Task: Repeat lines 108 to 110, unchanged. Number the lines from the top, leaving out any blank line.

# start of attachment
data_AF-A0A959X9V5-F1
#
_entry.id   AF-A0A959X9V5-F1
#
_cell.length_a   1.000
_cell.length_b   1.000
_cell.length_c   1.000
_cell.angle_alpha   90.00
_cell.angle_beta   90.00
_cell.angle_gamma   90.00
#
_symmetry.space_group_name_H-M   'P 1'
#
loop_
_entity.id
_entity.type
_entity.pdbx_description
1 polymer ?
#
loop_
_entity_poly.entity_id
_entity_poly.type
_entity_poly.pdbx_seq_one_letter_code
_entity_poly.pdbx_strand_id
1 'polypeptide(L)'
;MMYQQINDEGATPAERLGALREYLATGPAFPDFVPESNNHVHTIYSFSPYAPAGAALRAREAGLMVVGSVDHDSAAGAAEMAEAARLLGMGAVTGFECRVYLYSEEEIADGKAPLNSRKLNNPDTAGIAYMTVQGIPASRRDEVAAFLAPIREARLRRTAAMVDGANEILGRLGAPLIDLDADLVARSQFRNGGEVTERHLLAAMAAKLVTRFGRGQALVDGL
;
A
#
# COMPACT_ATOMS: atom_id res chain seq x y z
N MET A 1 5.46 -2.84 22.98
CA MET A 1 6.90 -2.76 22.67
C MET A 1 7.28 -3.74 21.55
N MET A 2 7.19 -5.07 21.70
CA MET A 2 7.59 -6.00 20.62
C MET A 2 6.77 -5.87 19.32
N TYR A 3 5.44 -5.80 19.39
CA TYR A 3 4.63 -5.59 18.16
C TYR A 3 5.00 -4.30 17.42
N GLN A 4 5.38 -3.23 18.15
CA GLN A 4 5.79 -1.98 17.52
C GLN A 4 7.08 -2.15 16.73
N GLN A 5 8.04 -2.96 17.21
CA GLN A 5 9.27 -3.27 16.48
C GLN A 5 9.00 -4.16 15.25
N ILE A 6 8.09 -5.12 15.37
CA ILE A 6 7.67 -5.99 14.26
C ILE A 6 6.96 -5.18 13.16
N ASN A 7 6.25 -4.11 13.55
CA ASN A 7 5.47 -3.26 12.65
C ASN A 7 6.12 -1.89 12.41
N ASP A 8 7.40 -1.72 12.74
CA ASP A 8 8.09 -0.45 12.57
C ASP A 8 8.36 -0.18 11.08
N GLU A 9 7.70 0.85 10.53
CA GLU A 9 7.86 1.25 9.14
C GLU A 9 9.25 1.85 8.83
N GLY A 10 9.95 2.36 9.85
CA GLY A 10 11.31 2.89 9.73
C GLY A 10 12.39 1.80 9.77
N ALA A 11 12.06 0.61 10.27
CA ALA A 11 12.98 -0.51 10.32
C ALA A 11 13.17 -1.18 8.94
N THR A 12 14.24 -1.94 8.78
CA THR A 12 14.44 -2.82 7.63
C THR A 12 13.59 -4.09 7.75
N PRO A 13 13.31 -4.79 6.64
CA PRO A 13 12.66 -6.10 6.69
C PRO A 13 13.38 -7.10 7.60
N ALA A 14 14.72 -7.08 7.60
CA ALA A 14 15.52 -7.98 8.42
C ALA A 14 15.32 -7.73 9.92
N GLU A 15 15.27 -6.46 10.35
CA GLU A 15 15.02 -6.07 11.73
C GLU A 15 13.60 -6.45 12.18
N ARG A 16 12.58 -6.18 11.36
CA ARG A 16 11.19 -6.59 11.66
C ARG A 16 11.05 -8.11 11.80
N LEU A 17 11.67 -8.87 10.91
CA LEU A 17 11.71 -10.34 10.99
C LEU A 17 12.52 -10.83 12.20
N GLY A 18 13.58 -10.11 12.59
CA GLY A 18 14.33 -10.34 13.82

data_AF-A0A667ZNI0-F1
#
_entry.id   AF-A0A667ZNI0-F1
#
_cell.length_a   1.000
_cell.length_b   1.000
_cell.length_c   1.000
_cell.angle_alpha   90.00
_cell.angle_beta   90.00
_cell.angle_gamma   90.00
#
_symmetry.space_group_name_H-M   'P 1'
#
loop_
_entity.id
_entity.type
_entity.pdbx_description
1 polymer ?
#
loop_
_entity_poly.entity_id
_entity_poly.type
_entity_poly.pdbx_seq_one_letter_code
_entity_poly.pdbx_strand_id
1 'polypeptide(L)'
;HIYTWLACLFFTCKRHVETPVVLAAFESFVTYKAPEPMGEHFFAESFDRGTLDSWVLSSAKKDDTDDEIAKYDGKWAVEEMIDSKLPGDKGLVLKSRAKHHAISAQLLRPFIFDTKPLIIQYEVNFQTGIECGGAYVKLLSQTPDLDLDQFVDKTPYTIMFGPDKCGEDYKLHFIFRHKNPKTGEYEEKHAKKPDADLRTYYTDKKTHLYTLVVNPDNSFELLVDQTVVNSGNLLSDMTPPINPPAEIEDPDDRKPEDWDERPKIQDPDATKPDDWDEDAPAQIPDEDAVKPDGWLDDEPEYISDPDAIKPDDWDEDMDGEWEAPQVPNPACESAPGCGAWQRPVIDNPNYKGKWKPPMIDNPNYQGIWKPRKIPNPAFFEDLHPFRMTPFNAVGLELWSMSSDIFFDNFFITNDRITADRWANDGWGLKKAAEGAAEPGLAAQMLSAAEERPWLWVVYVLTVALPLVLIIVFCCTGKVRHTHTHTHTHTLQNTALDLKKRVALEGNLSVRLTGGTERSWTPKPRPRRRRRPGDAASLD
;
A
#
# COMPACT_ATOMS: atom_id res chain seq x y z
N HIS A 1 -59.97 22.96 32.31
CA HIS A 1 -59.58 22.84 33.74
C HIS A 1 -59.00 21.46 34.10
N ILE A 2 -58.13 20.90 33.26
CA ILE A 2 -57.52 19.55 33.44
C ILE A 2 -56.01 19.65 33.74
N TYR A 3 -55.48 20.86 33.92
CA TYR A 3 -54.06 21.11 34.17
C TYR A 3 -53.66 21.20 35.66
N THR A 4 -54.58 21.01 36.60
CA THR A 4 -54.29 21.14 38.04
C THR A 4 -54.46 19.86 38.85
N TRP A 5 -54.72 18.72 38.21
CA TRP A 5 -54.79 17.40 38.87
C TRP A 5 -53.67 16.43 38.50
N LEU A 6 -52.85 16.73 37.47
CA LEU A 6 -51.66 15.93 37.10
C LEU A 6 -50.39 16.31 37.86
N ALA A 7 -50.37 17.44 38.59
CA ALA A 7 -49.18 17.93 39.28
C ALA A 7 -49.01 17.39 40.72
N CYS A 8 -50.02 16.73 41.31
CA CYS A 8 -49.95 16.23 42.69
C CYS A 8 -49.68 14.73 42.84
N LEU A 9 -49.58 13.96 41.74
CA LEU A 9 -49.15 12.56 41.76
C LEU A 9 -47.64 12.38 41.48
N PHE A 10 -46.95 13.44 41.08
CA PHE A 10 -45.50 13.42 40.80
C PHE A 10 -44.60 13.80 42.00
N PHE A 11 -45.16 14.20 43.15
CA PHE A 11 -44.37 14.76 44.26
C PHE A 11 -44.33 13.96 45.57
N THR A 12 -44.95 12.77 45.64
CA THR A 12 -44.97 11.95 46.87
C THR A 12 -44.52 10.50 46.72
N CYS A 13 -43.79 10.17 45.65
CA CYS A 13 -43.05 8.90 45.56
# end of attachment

1 'polypeptide(L)'
;HIYTWLACLFFTCKRHVETPVVLAAFESFVTYKAPEPMGEHFFAESFDRGTLDSWVLSSAKKDDTDDEIAKYDGKWAVEEMIDSKLPGDKGLVLKSRAKHHAISAQLLRPFIFDTKPLIIQYEVNFQTGIECGGAYVKLLSQTPDLDLDQFVDKTPYTIMFGPDKCGEDYKLHFIFRHKNPKTGEYEEKHAKKPDADLRTYYTDKKTHLYTLVVNPDNSFELLVDQTVVNSGNLLSDMTPPINPPAEIEDPDDRKPEDWDERPKIQDPDATKPDDWDEDAPAQIPDEDAVKPDGWLDDEPEYISDPDAIKPDDWDEDMDGEWEAPQVPNPACESAPGCGAWQRPVIDNPNYKGKWKPPMIDNPNYQGIWKPRKIPNPAFFEDLHPFRMTPFNAVGLELWSMSSDIFFDNFFITNDRITADRWANDGWGLKKAAEGAAEPGLAAQMLSAAEERPWLWVVYVLTVALPLVLIIVFCCTGKVRHTHTHTHTHTLQNTALDLKKRVALEGNLSVRLTGGTERSWTPKPRPRRRRRPGDAASLD
;